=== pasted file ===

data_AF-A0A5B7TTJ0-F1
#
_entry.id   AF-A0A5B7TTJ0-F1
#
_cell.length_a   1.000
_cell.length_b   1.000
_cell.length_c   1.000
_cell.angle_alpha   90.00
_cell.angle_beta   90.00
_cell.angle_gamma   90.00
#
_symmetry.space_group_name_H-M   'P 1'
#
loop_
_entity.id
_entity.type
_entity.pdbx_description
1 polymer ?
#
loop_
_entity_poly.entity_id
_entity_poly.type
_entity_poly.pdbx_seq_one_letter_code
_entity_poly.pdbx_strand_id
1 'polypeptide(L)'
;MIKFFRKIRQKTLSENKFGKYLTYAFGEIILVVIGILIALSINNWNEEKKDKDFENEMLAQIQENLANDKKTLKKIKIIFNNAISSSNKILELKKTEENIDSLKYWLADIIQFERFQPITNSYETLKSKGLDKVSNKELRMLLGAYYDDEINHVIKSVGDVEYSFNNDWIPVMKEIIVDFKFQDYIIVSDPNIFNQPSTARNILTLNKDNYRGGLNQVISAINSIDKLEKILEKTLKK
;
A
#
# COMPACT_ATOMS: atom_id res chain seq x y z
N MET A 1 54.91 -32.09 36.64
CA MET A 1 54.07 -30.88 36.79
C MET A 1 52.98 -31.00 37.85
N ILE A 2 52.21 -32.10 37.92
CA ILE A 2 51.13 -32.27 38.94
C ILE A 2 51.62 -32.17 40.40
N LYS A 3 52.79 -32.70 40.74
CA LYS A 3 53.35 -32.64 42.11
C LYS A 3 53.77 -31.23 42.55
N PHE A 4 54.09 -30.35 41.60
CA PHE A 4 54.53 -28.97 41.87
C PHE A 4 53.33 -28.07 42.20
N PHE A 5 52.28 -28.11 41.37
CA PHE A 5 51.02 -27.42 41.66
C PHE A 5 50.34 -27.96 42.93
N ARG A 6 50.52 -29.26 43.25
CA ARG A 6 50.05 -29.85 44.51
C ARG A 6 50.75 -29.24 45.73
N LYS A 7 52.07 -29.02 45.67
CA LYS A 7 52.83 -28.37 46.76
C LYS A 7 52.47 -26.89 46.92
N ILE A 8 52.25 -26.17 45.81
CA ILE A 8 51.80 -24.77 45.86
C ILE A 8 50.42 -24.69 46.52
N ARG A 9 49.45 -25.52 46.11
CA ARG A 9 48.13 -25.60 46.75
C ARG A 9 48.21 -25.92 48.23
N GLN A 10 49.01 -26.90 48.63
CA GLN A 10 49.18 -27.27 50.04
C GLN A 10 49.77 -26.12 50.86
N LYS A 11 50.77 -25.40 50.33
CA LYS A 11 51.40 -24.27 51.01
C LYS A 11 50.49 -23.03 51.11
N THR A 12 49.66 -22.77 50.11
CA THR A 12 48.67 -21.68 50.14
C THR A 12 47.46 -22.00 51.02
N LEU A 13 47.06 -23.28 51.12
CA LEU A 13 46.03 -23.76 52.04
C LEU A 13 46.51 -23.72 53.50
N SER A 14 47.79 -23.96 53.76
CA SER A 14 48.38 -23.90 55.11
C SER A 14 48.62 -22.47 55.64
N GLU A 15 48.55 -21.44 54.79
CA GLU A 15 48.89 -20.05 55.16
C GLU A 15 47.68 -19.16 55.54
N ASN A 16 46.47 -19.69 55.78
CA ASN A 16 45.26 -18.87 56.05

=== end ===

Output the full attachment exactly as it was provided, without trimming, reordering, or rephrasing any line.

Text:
data_AF-A0A5B7TTJ0-F1
#
_entry.id   AF-A0A5B7TTJ0-F1
#
_cell.length_a   1.000
_cell.length_b   1.000
_cell.length_c   1.000
_cell.angle_alpha   90.00
_cell.angle_beta   90.00
_cell.angle_gamma   90.00
#
_symmetry.space_group_name_H-M   'P 1'
#
loop_
_entity.id
_entity.type
_entity.pdbx_description
1 polymer ?
#
loop_
_entity_poly.entity_id
_entity_poly.type
_entity_poly.pdbx_seq_one_letter_code
_entity_poly.pdbx_strand_id
1 'polypeptide(L)'
;MIKFFRKIRQKTLSENKFGKYLTYAFGEIILVVIGILIALSINNWNEEKKDKDFENEMLAQIQENLANDKKTLKKIKIIFNNAISSSNKILELKKTEENIDSLKYWLADIIQFERFQPITNSYETLKSKGLDKVSNKELRMLLGAYYDDEINHVIKSVGDVEYSFNNDWIPVMKEIIVDFKFQDYIIVSDPNIFNQPSTARNILTLNKDNYRGGLNQVISAINSIDKLEKILEKTLKK
;
A
#
# COMPACT_ATOMS: atom_id res chain seq x y z
N MET A 1 54.91 -32.09 36.64
CA MET A 1 54.07 -30.88 36.79
C MET A 1 52.98 -31.00 37.85
N ILE A 2 52.21 -32.10 37.92
CA ILE A 2 51.13 -32.27 38.94
C ILE A 2 51.62 -32.17 40.40
N LYS A 3 52.79 -32.70 40.74
CA LYS A 3 53.35 -32.64 42.11
C LYS A 3 53.77 -31.23 42.55
N PHE A 4 54.09 -30.35 41.60
CA PHE A 4 54.53 -28.97 41.87
C PHE A 4 53.33 -28.07 42.20
N PHE A 5 52.28 -28.11 41.37
CA PHE A 5 51.02 -27.42 41.66
C PHE A 5 50.34 -27.96 42.93
N ARG A 6 50.52 -29.26 43.25
CA ARG A 6 50.05 -29.85 44.51
C ARG A 6 50.75 -29.24 45.73
N LYS A 7 52.07 -29.02 45.67
CA LYS A 7 52.83 -28.37 46.76
C LYS A 7 52.47 -26.89 46.92
N ILE A 8 52.25 -26.17 45.81
CA ILE A 8 51.80 -24.77 45.86
C ILE A 8 50.42 -24.69 46.52
N ARG A 9 49.45 -25.52 46.11
CA ARG A 9 48.13 -25.60 46.75
C ARG A 9 48.21 -25.92 48.23
N GLN A 10 49.01 -26.90 48.63
CA GLN A 10 49.18 -27.27 50.04
C GLN A 10 49.77 -26.12 50.86
N LYS A 11 50.77 -25.40 50.33
CA LYS A 11 51.40 -24.27 51.01
C LYS A 11 50.49 -23.03 51.11
N THR A 12 49.66 -22.77 50.11
CA THR A 12 48.67 -21.68 50.14
C THR A 12 47.46 -22.00 51.02
N LEU A 13 47.06 -23.28 51.12
CA LEU A 13 46.03 -23.76 52.04
C LEU A 13 46.51 -23.72 53.50
N SER A 14 47.79 -23.96 53.76
CA SER A 14 48.38 -23.90 55.11
C SER A 14 48.62 -22.47 55.64
N GLU A 15 48.55 -21.44 54.79
CA GLU A 15 48.89 -20.05 55.16
C GLU A 15 47.68 -19.16 55.54
N ASN A 16 46.47 -19.69 55.78
CA ASN A 16 45.26 -18.87 56.05